Enrich News

Individual Cognitive Stimulation Therapy research study: Open and recruiting

The Individual Cognitive Stimulation Therapy (iCST) research study is currently open and recruiting participants (people living with dementia and their carers).

In recent years, cognitive stimulation therapy (CST) groups have been shown to be an enjoyable and beneficial therapy for people with dementia and are now a recommended treatment. More recently an individualised (one-on-one) version of CST (iCST) was developed, which is delivered by a carer (e.g. friend or family member) and involves taking part in a variety of activities such as being creative, word games and discussion of current affairs. The idea is to keep the mind active through enjoyable activities tailored to the interests and abilities of the person. A study showed iCST can improve the relationship between the person with dementia and the carer. 

As the next step, researchers are exploring a computerised version of iCST since technology is increasingly becoming a bigger part of our daily lives and regular use of technology can be beneficial. Rather than a paper-based manual, a computerised version could be used on a tablet (iPad).  Individuals will need access to an iPad for the duration of the study. They are interested in finding out whether a computerised version could be beneficial in improving cognition and quality of life for the person with dementia.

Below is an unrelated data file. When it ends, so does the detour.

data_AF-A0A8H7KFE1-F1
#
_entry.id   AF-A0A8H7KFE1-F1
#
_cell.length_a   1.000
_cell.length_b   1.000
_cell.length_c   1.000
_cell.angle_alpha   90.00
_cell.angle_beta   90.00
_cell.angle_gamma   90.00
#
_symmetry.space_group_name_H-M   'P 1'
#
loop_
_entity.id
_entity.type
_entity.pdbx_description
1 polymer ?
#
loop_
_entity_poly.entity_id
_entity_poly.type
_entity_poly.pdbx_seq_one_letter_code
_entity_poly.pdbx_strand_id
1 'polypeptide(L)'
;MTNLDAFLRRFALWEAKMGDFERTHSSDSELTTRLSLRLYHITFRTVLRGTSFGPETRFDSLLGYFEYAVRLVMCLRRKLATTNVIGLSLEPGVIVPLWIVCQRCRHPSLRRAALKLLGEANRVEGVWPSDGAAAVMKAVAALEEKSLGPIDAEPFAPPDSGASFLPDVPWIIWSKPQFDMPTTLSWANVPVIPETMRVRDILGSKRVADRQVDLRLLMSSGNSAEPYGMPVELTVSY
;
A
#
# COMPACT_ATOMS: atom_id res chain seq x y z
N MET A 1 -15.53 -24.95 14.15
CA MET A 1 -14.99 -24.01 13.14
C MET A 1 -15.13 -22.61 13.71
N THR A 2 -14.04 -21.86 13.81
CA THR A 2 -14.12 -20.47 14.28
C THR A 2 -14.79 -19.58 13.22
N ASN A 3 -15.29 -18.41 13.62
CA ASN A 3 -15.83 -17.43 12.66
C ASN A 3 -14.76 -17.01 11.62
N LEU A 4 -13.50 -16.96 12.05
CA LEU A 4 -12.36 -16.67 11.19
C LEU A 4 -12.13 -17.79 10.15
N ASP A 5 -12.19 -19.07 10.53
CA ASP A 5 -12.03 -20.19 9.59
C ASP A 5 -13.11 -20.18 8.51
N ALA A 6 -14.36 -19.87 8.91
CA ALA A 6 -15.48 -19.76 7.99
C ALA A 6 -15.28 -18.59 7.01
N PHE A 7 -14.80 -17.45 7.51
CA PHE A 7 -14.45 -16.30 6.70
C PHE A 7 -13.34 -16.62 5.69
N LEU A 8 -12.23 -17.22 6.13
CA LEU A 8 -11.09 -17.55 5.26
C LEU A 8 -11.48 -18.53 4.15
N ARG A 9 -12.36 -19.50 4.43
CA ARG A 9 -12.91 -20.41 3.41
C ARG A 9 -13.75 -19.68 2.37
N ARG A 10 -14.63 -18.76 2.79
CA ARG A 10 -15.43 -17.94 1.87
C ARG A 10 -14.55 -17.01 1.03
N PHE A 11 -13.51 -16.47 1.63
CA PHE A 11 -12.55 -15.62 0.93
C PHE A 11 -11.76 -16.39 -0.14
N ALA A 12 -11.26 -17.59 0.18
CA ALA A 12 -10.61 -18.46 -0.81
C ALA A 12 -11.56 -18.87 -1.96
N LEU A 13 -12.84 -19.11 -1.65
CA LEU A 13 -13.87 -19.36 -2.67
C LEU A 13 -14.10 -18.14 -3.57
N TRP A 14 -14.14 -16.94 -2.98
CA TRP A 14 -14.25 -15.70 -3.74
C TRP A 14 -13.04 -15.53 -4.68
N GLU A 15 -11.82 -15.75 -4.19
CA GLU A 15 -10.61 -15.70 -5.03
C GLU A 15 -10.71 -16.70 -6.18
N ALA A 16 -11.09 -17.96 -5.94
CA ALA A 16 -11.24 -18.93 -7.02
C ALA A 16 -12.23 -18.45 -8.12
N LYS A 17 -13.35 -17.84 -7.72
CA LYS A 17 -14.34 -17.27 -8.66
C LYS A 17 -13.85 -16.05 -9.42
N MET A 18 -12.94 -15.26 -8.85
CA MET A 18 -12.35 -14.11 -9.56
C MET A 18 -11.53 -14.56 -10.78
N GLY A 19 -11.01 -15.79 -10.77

Anne Chafer, Clinical Studies Officer, is leading with this study and would welcome the opportunity to visit your care home to promote among your family group sessions.  If you would like Anne to visit you care home please contact Anne directly on anne.chafer@lpft.nhs.uk

For more information about the iCST programme, please visit the following website: http://www.ucl.ac.uk/icst

author: Lakshini Mendis

Written by Lakshini Mendis on Tuesday November 20, 2018
Tags: cognitivestimulationtherapy, researchstudy, carehomeresearch

« Interested in sustainability in health and social care? - New resource: Managing Success in Dementia »